By all accounts Jasper Maskelyne found his perfect military home under General Officer Commanding-in-Chief of Middle East Command Archibald Wavell. Wavell was in charge of a massive swath of territory from Egypt through eastern Africa, out to Iraq and Syria, and even up into Greece. He'd also — helpfully for Jasper — formed an Intelligence for Deception division. Jasper, as the supposed master of camouflage, worked with an officer named Dudley Clarke, the master of deception.

If this wasn't absurd enough, Jasper wielded his apparently god-level powers of charm and charisma to get his own army unit, the Camouflage Experimental Section. He interviewed over 400 candidates to compose a crack squad of misfits and rule-breakers that he dubbed the "Magic Gang." In a feat of typical Jasper self-promotion — and more than a massive bit of characteristic over-promising — he once boasted to Winston Churchill's science advisor (via Warfare History Network), "Given a free hand, there are no limits to the effects I can produce on the battlefield." 

Nonetheless, Jasper seems to have pulled through on more than one occasion. Using espionage more than mechanical engineering and optical illusions, Jasper performed magic shows for the army that allowed undercover operatives to be secreted in and out of various locations. He also invented a "sunshield" with nothing more complicated than wooden beams and a canopy of painted fabric to make it difficult for enemy airplanes to spot tanks in the desert.

Jasper's biggest illusion yet

Shielding tanks from enemy sight is one thing, as well as giving what Warfare History Network calls "escape and evasion lectures," but making a whole city disappear? David Copperfield, eat your heart out. 

Jasper and the Magic Gang — which totally needs to be a '70s retro rock band name — finally got their big chance to prove themselves when the German air force wouldn't stop bombarding Alexandria Harbor in Egypt. Jasper and his coterie of proteges scoped out the harbor and drafted a plan of defense that, if it had failed, would have gone down as the dumbest, most ludicrous idea in the history of ever. Build an entire mock harbor out of cardboard to draw away the enemy? Combine some explosive discharges with tricks of lighting and optics to distort pilot perspective when viewed from above? Lure German fighter jets away from Alexandria Harbor and toward a new location — Maryut Bay — only a couple miles away? Turn off all the lights in Alexandria Harbor to shield it from sight at night?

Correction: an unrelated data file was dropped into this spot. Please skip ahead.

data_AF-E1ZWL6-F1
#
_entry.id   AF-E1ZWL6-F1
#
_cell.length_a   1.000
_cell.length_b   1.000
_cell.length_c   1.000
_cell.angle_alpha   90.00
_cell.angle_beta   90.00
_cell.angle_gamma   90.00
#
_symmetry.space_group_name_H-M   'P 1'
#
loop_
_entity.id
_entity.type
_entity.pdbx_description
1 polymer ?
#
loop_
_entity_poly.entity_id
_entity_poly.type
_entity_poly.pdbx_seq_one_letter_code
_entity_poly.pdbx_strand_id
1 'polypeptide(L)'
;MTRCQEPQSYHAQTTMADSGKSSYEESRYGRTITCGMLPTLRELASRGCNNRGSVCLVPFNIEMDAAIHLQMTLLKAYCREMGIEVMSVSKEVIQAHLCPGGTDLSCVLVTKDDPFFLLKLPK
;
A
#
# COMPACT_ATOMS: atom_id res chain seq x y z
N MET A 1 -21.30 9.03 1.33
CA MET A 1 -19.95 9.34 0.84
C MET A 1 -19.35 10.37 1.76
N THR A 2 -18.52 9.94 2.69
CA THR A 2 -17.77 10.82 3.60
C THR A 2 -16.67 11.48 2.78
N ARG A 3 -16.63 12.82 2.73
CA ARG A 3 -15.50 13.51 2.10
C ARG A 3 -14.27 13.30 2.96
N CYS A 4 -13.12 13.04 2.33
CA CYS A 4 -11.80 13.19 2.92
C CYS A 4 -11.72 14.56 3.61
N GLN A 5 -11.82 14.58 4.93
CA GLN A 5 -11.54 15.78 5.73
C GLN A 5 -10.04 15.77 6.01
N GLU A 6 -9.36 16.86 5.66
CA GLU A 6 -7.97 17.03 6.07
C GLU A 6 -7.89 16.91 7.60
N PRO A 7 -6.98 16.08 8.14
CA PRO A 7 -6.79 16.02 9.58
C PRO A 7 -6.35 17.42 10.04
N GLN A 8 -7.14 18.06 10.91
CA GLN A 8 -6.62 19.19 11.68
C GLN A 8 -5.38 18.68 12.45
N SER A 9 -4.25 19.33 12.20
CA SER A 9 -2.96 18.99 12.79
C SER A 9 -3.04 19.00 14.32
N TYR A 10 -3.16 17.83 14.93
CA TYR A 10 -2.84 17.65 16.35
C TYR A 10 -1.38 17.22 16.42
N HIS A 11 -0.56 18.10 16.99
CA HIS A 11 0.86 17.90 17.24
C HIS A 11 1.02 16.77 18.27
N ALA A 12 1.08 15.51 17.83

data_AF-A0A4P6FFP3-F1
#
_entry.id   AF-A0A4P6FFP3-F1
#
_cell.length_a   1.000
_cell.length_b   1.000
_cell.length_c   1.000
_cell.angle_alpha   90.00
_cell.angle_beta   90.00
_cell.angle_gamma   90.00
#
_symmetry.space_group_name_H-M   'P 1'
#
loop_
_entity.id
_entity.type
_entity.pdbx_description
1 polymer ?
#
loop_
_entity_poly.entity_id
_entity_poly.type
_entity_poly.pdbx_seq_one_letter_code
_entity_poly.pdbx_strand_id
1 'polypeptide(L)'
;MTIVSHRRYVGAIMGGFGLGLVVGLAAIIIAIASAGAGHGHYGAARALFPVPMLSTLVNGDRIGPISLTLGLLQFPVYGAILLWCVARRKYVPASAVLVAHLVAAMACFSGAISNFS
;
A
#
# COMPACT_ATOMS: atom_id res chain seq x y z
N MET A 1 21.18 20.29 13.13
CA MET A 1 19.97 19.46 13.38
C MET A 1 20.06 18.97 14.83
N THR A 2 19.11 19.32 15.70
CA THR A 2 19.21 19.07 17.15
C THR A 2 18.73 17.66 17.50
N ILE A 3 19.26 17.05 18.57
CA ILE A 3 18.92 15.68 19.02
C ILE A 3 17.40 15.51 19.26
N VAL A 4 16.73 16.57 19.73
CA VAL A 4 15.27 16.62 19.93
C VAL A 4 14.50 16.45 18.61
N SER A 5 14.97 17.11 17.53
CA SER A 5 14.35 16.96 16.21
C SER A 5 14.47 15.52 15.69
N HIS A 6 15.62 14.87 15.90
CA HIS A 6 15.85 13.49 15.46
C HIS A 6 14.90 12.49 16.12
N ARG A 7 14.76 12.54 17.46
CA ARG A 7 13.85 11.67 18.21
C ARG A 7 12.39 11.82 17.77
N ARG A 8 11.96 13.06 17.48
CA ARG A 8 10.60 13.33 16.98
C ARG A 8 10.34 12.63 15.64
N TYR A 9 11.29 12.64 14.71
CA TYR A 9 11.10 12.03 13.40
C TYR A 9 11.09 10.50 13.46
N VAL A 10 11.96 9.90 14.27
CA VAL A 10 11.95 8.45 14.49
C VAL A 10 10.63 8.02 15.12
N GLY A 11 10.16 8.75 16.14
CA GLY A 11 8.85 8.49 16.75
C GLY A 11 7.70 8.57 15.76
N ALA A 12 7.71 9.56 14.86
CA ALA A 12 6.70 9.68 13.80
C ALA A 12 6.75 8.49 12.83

Believe it or not, the illusion apparently worked ... at least according to Jasper. One night, two nights, three — the German Luftwaffe went for the fake target. In his 1949 book "Magic — Top Secret," Jasper expounds on his feats by claiming to have also developed "dummy men, dummy steel helmets, dummy guns by the ten thousand, dummy tanks, dummy shell flashes by the million, dummy aircraft," and more.

A dazzling, self-made legend

There's one problem with all these stories of Jasper Maskelyne: many of them come from Jasper himself. Jasper's book "Magic — Top Secret," plus 1983's biographical "The War Magician," are two of the only sources we've got for his escapades. We know for sure that Jasper embellished some inventions and feats, like his Dazzle Lights, "a rotating structure of light constructed of mirrors and 24 powerful anti-aircraft searchlights," as Wargaming.net says. Many of his other actions remain unsubstantiated, but real after a fashion. All That's Interesting says that the sunshields existed but were a "bulky failure" and had to be redesigned using steel. It also claims that Maskelyne's Magic Gang never existed. Other sites like MagicTricks.com speak of Jasper in glowing, reverent tones. Magician Roger Lapin, contrarily, adopts a middle-ground approach. He also tells us that Jasper moved to Kenya in 1948, where he gave driving and magic lessons until he died in 1973.

No matter how we regard Jasper — huckster or hero — he did serve in the British military during World War II, performed magic acts for troops, and tried his hand at implementing imaginative, magic-inspired ways of conducting warfare. And if you're wondering why none of this has been into a movie yet, have no fear: Benedict Cumberbatch will be playing a perfectly cast Jasper in "War Magician," announced 2021. It seems that in the end, Jasper has at least proven exactly how far bravado can take a legacy.